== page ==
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How to avoid cursor for parent-child inserts


How to avoid cursor for parent-child inserts

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Jason Akin
Jason Akin
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I've googled this and found plenty of preaching on avoiding cursors in small-scale applications, but I can't seem to find a relevant example on a set-based solution to insert multiple rows into multiple tables for each row in a result set.

For every result, I need exactly one entry in tblParent, and two rows in tblChild with a foreign key baack to tblParent. For the sake of argument the DDL is

CREATE TABLE tblParent (pkParentId bigint IDENTITY(1, 1), field1 int, field2 int, fkTempId int)
CREATE TABLE tblChild(pkChildId bigint IDENTITY(1, 1), fkParentId bigint, theVal varchar(3))

There is a foreign key relationship between tblParent and tblChild.

I have faced this challenge a few times over the course of my development cycle, and come up with several strategies. Initially, I added fkTempId as a permanent column to tblParent which was populated only during this type of insert. I created a temp id or rownumber in my result set and then something like this:


DECLARE @tbl TABLE (pkSourceId int IDENTITY(1,1), field1 int, field2 int, childval1 varchar(3), childval2 varchar(3))

UPDATE tblParent SET fkTempId = NULL

INSERT INTO @tbl(field1, field2, childVal1, childVal2)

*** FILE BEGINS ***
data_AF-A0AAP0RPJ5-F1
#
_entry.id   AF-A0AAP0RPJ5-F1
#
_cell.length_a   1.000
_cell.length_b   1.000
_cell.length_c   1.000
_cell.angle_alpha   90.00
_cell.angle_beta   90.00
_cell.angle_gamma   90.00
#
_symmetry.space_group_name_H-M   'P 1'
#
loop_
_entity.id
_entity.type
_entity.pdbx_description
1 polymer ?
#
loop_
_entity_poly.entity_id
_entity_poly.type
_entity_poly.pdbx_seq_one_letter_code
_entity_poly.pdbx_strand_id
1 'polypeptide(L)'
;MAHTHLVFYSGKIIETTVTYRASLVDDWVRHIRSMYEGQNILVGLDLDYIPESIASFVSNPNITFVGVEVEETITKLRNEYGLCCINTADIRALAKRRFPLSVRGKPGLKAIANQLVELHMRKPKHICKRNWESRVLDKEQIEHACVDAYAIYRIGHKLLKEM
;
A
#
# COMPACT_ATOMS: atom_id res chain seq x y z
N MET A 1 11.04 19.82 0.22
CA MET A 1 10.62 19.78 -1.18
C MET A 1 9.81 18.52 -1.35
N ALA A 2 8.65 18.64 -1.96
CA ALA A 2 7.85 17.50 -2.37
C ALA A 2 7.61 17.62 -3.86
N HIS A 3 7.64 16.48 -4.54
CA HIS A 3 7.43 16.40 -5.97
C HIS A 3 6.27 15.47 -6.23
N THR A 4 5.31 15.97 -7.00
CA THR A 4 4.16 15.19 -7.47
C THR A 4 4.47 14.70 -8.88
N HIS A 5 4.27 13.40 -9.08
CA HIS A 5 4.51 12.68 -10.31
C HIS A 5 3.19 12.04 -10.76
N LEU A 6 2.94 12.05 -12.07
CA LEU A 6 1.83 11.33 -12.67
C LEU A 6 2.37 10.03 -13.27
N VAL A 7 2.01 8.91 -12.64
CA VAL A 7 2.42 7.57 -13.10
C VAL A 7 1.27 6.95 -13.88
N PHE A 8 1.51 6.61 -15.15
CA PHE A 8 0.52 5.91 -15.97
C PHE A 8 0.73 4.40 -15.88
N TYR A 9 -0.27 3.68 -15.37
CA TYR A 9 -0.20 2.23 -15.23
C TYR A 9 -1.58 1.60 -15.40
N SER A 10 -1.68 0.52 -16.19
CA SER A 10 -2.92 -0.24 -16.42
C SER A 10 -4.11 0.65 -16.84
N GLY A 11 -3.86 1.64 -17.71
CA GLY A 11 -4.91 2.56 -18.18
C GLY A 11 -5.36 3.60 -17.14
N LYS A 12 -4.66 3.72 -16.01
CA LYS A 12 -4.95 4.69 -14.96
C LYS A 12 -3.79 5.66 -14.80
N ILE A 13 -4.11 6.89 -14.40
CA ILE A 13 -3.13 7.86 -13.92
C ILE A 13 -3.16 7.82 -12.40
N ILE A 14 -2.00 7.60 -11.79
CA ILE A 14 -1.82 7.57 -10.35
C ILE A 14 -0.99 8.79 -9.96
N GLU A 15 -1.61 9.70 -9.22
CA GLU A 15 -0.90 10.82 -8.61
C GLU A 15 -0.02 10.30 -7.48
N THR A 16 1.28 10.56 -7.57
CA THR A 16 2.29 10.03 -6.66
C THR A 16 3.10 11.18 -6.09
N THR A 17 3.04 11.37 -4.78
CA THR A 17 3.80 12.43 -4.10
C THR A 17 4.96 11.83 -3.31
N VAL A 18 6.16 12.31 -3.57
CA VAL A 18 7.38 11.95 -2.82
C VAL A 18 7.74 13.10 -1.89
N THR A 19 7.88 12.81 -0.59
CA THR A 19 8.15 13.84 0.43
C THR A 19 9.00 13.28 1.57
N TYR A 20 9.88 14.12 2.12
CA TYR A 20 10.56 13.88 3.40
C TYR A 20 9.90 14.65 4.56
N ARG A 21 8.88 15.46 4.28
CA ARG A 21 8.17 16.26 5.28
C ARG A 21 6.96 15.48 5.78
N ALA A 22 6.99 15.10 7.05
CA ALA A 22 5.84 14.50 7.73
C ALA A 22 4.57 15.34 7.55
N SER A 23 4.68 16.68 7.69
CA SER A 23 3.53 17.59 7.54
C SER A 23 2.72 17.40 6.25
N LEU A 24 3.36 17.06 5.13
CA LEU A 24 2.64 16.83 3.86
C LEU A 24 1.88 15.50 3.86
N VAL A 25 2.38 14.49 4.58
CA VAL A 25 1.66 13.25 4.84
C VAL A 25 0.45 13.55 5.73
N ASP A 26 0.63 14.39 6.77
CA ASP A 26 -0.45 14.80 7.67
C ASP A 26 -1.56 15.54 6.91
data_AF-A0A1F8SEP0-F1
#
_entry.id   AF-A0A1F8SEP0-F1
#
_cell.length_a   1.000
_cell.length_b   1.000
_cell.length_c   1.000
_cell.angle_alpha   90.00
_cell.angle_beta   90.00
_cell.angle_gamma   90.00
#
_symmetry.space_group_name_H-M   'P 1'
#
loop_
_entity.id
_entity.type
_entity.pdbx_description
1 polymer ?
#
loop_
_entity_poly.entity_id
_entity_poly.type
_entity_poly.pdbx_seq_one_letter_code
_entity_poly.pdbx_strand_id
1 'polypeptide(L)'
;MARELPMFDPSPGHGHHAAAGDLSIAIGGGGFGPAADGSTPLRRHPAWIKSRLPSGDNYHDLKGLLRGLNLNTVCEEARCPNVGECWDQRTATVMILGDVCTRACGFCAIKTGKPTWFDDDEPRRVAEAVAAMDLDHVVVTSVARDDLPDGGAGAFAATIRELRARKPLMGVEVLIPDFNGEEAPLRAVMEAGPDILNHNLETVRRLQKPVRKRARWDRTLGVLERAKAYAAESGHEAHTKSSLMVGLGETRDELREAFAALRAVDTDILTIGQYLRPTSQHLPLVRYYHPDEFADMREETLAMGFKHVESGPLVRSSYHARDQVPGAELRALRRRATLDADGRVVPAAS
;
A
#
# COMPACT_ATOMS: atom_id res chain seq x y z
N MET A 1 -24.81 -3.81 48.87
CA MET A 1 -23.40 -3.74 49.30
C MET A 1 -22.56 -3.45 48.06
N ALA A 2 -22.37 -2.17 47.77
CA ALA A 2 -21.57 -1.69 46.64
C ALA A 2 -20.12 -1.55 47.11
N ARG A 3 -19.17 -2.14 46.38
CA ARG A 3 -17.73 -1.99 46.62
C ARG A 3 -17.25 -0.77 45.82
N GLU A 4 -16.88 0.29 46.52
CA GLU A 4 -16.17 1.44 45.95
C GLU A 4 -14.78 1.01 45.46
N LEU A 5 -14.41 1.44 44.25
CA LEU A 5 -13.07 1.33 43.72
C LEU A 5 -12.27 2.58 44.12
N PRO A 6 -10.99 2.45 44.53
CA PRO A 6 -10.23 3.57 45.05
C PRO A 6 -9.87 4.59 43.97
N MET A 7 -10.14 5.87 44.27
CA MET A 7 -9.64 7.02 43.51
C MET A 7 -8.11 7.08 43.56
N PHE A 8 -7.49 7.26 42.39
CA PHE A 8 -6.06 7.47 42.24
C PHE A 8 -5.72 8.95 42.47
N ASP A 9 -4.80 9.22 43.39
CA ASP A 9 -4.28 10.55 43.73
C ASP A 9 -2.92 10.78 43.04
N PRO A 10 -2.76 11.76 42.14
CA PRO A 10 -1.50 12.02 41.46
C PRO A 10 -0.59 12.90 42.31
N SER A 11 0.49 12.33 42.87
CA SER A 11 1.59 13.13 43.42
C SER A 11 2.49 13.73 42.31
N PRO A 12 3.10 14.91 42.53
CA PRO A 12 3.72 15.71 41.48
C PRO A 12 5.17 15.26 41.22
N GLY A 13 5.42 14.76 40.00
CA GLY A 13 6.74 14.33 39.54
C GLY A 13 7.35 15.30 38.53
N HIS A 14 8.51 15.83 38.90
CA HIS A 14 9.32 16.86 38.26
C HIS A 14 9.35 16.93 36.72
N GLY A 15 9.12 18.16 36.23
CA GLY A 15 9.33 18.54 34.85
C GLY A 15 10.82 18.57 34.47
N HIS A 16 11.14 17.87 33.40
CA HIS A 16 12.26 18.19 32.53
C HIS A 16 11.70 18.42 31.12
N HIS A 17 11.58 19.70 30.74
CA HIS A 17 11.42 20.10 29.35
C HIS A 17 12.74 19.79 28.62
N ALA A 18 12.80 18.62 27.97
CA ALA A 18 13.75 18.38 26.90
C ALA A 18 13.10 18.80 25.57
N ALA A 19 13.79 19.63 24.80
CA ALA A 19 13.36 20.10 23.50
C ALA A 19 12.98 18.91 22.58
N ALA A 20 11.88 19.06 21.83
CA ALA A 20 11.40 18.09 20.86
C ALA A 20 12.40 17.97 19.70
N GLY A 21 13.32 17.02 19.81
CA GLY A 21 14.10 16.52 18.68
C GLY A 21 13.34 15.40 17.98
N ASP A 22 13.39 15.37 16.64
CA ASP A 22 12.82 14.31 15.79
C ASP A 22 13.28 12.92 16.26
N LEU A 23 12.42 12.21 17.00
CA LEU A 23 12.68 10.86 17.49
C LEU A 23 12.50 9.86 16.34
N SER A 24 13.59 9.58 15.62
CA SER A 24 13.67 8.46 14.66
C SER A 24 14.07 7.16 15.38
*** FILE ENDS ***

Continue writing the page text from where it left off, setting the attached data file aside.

SELECT field1, field2, childVal1, childVal2
FROM BigQuery

INSERT INTO tblParent(field1, field2, fkTempId)
SELECT field1, field2, pkSourceId
FROM @tbl

INSERT INTO tblChild (fkParentId, theVal)
SELECT p.pkParentId, t.childVal1
FROM tblParent p
INNER JOIN @tbl t ON p.fkTempId = t.pkSourceId

INSERT INTO tblChild (fkParentId, theVal)
SELECT p.pkParentId, t.childVal2
FROM tblParent p
INNER JOIN @tbl t ON p.fkTempId = t.pkSourceId

UPDATE tblParent SET fkTempId = NULL

So now the tables each have tens of millions of rows and this approach of locking the table and updating the tempId takes too long. I came up with a cursor based solution that does not require the fkTempId on tblParent, but I was hoping for some insight about a set-based approach to handle this. I don't see how to temporarily hold the identity of my new inserts into tblParent. NewId() looked promising, but I would have to make pretty big structural changes to implement anything with that. I'd like to keep my primary keys as bigint. I would greatly appreciate any assistance with this.
WayneS
WayneS
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Check out the OUTPUT clause of the INSERT statement (this is what it's there for!).

(well, maybe other things to, but definitely this.)

Wayne
Microsoft Certified Master: SQL Server 2008
Author - SQL Server T-SQL Recipes
If you can't explain to another person how the code that you're copying from the internet works, then DON'T USE IT on a production system! After all, you will be the one supporting it!
Links: For better assistance in answering your questions, How to ask a question, Performance Problems, Common date/time routines,